Time Management Part 4: Strategic Planning

Strategic Planning

“Most people overestimate what they can accomplish in the short term, but underestimate what they can accomplish over the long term” – Author Unknown

One of the most difficult areas of time management is strategic planning. Generally speaking, most companies have at a minimum a three-year rolling plan in motion at all times. This helps ensure accountability and that business and financial targets are met over the long hall. The question is, how can you introduce strategic planning into your personal life so that your big goals are realized over time, just like companies do? The answer is to start at the finish line and work your way back to now!

When I first heard strategic planning laid out like this, it was like a light went on for me. I always understood the strategic plan concept but never thought of it in the reverse order paradigm. This is how it works. Pick a big goal for yourself that is only achievable over the long term. On a whiteboard or somewhere visible, create a three-year timeline (years represent key milestones) with each year broken up into one-month increments. This will create monthly placeholders for you to map out your action steps within each yearly milestone. Then, fill in your chart as follows:

  1. Start at the end of year three and write out specifically what your achieved goal will look like (what, where, how much, etc.).
  2. Then, step back through each year one by one, noting the big milestone you will need to reach over the course of that year to hit your end goal.
  3. Finally, fill out the incremental steps you will take each month that will get you to your yearly milestones.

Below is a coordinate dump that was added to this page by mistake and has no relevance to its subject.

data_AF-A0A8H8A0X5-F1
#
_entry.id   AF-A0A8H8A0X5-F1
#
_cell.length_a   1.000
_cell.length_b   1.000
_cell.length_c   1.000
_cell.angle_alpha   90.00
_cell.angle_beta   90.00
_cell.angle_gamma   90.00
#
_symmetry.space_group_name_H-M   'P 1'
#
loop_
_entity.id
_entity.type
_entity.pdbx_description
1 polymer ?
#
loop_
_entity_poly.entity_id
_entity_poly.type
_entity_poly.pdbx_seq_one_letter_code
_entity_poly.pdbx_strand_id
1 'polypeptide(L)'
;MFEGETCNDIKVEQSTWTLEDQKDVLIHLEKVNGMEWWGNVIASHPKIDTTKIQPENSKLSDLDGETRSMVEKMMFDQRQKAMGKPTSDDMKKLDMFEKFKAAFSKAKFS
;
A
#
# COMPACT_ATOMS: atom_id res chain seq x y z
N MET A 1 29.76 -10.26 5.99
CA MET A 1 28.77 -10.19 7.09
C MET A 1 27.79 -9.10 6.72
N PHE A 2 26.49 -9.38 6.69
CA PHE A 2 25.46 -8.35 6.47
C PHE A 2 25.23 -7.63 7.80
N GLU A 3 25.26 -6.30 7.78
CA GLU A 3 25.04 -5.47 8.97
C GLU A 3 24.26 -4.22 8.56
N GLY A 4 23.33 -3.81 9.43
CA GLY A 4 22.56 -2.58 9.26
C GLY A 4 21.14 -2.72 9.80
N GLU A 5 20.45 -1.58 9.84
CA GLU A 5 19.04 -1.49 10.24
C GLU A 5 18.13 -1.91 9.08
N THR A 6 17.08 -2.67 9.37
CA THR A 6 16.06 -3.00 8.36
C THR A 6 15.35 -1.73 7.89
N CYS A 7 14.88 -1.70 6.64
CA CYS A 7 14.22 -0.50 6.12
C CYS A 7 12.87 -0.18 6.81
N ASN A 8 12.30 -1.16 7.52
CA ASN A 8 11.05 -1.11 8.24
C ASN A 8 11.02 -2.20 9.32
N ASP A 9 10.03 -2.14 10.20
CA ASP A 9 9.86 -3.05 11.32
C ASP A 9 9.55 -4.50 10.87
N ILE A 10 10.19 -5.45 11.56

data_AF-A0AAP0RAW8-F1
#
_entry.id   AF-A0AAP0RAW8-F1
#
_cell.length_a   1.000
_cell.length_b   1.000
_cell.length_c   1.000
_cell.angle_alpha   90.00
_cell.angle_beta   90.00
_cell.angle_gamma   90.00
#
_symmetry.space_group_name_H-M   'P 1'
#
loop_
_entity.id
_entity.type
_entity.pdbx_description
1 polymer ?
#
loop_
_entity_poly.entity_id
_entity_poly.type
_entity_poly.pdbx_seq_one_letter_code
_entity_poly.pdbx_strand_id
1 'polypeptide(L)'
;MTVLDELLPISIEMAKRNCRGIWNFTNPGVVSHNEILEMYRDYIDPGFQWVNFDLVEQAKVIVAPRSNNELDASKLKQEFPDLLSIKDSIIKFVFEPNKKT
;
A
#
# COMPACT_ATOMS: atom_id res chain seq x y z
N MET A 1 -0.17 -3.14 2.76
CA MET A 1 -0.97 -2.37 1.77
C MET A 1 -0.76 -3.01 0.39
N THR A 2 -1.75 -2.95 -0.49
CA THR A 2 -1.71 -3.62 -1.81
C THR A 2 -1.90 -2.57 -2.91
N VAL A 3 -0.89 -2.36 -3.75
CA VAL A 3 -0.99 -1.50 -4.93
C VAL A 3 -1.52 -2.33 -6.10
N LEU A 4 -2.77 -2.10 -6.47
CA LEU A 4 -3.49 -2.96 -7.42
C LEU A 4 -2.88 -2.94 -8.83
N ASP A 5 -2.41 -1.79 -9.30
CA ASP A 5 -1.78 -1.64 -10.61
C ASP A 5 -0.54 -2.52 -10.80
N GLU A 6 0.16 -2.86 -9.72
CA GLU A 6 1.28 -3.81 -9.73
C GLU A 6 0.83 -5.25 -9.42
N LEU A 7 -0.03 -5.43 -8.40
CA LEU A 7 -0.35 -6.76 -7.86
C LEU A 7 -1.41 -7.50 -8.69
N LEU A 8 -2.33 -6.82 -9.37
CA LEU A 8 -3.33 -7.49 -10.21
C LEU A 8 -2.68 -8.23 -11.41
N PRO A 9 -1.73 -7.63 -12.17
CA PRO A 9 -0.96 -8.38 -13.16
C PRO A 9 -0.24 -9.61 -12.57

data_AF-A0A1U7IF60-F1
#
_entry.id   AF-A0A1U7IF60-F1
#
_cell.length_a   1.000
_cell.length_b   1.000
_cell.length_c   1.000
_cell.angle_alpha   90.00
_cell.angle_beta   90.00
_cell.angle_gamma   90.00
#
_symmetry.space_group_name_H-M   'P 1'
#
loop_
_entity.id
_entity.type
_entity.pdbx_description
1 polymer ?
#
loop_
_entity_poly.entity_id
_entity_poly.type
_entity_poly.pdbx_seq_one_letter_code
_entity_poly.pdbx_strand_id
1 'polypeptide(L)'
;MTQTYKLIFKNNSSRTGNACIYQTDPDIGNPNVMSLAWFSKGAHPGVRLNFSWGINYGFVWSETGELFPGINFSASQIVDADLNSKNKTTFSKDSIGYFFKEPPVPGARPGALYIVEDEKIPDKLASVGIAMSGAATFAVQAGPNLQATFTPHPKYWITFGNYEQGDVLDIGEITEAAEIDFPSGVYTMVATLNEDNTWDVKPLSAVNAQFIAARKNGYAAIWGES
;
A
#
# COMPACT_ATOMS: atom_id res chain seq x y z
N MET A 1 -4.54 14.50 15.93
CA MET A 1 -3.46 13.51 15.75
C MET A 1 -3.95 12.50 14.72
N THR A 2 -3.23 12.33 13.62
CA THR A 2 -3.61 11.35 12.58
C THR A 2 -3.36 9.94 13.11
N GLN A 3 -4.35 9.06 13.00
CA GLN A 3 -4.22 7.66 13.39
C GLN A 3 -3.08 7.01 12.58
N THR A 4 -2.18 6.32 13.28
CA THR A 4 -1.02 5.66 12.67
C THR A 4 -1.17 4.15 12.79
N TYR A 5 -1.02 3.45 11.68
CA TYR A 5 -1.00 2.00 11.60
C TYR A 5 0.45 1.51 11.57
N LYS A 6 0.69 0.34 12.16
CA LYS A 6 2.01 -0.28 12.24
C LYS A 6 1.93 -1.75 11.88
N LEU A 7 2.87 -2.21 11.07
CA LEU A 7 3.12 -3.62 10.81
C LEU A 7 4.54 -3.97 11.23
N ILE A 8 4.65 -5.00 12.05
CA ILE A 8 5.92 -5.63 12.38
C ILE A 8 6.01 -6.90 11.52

Let’s say your goal is to take that special someone in your life on a cruise around the world. Great goal, but really expensive! First, do some research and figure out what the price range is for your dream cruise, taking into account any extra spending money you will need for the journey. Let’s say for the sake of this example that your luxury excursion costs $3,000 and you will need an extra $600 for spending money, bringing the total to $3,600. First, calculate how much you will need to save each year to reach your annual milestones. In this example, that would be $1,200. Here is what your strategic milestones would look like, keeping in mind you need the more granular monthly increments to stay on track.

While this example is simplistic for the sake of showing the process, the more complex your goal, the more this type of visual planning will serve you. You must have tangible milestones that move you in the direction of your destination. You must know what winning looks like for you, or you will never achieve it. Finally, here are some steps to make sure you realize your strategic target.

  • Look at your three-year plan each day
  • Take DAILY action towards your goal no matter how small
  • Adjust the next increment or milestone to catch up if you fall behind
  • Experience the joy of reaching your goal now, as if it has already been realized

So, what big goal do you keep putting off because you can’t find the starting point, much less visualize the finish line? Dust off your goal, pull out a whiteboard and start dreaming. Then turn that dream into a strategic plan and make it a reality! Remember, most people overestimate what they can accomplish in the short term, but underestimate what they can accomplish over the long term.

Resources

Here are links to previous time management articles.